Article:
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Scholar Criticizes Anti-Korea Bias by British Media

Posted December. 05, 2009 09:31,   


A British expert on Korea has criticized his country’s media for being so negative on the Korean economy.

Aidan Foster-Carter, honorary senior research fellow in sociology and modern Korea at Leeds University, said this in a letter to the editor carried by the Financial Times yesterday.

Foster-Carter, who has studied Korea since 1970, said, “Sir, The South Korean government tends to complain that the British financial press has got it in for them. For once, I fear you have given them cause.”

The Financial Times ran an article Wednesday saying, “What are these “mixed data” that have “poured cold water on any premature celebrations”? You say that “industrial output has been disappointing, shrinking 4 per cent from October.”

Citing Korean media reports, Foster-Carter said, “A fall in Korea’s industrial output was chiefly due to October having fewer working days because of Chuseok, the Korean harvest festival holiday. With that taken into account, October’s output in fact grew by 4.2 percent.”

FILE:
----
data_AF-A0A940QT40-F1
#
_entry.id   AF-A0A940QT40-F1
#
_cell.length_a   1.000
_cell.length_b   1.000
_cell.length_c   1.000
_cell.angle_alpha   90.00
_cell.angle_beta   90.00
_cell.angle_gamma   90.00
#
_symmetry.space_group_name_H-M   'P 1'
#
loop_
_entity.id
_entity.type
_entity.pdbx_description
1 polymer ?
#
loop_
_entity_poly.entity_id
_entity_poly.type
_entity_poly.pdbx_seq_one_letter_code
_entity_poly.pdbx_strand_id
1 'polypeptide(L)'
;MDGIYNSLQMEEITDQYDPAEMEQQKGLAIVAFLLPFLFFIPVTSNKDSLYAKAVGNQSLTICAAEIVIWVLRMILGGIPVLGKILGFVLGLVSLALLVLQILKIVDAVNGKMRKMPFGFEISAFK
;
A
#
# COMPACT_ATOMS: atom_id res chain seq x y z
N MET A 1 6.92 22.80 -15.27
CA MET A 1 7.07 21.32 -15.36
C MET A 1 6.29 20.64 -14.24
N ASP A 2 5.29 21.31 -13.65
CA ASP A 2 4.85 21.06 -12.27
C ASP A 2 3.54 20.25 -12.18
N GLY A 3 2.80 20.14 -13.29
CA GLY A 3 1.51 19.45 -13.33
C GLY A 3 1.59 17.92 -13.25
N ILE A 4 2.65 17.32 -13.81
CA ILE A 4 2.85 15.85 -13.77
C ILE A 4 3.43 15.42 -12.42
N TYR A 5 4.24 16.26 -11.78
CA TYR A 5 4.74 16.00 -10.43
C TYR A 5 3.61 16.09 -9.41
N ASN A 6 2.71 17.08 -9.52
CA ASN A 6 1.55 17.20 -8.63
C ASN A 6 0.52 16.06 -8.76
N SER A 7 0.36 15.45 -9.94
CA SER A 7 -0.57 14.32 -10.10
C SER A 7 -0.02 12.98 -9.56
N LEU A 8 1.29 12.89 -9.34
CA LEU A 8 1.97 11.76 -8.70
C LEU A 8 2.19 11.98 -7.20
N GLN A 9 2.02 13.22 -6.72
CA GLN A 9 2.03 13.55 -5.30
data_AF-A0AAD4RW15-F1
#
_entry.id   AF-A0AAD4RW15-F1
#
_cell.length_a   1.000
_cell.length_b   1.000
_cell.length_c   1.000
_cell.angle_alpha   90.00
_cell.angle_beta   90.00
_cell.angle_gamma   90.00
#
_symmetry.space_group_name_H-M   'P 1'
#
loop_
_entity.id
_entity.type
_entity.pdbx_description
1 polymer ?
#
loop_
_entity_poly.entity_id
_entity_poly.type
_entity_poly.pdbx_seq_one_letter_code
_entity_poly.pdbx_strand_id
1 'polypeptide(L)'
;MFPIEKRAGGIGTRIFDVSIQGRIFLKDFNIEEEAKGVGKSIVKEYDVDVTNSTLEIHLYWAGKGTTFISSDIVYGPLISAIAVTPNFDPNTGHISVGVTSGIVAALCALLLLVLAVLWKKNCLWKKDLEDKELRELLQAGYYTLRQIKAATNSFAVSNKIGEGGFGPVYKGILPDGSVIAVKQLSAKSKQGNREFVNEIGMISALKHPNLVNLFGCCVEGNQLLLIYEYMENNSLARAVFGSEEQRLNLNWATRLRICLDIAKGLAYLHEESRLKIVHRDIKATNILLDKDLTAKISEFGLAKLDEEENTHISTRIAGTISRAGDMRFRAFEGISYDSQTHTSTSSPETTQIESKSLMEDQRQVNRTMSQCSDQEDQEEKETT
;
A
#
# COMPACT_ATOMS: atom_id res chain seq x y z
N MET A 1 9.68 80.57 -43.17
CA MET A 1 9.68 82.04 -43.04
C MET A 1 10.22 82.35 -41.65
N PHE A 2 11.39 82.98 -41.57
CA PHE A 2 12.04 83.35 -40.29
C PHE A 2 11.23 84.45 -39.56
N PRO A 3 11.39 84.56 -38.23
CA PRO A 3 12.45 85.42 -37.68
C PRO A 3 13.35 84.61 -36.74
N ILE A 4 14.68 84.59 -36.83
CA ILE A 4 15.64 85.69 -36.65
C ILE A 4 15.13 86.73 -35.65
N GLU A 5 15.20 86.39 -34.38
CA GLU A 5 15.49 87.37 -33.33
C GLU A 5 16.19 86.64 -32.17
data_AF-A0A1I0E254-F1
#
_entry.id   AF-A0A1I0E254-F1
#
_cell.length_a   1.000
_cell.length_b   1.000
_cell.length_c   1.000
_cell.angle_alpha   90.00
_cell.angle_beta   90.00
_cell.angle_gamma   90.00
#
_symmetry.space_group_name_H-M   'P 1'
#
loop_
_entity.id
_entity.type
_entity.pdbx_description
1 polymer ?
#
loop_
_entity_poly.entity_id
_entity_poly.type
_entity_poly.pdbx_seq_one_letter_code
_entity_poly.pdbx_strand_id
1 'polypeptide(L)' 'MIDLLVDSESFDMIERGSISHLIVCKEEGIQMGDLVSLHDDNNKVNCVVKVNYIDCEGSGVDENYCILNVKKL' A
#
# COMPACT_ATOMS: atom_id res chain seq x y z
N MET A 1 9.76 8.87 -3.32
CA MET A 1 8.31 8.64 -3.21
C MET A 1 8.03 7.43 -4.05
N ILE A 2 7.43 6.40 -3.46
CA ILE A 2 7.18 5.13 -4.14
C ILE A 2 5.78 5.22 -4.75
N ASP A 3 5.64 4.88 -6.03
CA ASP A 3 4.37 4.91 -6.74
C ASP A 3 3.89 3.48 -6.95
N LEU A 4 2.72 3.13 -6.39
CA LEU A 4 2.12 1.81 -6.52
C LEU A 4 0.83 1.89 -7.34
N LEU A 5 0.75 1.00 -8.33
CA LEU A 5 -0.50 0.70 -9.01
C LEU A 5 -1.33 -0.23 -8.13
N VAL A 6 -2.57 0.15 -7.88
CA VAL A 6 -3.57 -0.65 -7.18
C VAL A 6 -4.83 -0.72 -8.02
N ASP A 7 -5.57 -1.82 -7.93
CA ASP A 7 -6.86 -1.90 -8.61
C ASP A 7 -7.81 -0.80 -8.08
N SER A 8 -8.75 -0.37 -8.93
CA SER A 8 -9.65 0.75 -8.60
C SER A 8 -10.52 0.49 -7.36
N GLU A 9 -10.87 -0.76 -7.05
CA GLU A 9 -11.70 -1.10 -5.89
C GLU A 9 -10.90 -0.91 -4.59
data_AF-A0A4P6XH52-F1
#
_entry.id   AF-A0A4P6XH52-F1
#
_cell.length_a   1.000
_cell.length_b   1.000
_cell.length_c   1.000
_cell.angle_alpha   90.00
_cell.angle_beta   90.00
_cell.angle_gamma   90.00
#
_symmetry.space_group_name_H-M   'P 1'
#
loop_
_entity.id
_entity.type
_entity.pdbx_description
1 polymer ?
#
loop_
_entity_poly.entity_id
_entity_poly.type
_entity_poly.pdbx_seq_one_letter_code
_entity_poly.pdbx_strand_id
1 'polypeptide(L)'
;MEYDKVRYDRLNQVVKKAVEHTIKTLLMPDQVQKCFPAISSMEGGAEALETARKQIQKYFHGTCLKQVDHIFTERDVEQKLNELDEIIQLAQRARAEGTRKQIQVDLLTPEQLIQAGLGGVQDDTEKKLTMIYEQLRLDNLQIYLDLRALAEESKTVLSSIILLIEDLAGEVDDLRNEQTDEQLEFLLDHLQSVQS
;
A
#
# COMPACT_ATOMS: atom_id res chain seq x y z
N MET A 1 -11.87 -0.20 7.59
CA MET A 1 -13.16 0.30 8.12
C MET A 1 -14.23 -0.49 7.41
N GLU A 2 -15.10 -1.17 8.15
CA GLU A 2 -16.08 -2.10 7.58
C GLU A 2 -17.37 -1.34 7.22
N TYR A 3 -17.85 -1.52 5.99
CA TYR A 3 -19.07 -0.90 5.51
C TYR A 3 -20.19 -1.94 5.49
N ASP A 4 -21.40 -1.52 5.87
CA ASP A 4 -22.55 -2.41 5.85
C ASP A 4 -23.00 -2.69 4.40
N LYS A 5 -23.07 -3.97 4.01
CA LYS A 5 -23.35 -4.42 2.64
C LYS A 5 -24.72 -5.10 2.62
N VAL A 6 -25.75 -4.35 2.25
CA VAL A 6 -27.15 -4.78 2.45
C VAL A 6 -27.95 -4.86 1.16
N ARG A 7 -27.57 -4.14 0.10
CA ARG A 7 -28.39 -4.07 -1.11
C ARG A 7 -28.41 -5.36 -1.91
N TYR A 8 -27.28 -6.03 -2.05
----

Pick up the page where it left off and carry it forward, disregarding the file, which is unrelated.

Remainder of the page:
He also criticized negative reports on Korea by the British media, saying, “Korea held a ceremony to mark its having become the world’s ninth-largest exporter, surpassing Britain. And unwelcome as it may be, should the British not be told?”

“If South Korea has indeed now overtaken the UK – once the workshop of the world – as an exporter, then I submit that the cold water should be on our heads. The Koreans deserve cold champagne.”

Among foreign media, the Financial Times has released many articles belittling the Korean economy, angering Seoul. In August, the daily said Korea’s foreign debt exceeds 400 billion U.S. dollars, and that its condition is no different from the one it faced in the Asian financial crisis.

In October last year, when the global financial crisis began, the British business newspaper said, “Among Asian nations, Korea has the highest risk of being infected by the global financial crisis.”

In March this year, it ran a column saying, “Korea has an excessive amount of short-term foreign debt and lacks foreign exchange reserves,” and in May, it criticized Korea’s green growth policy.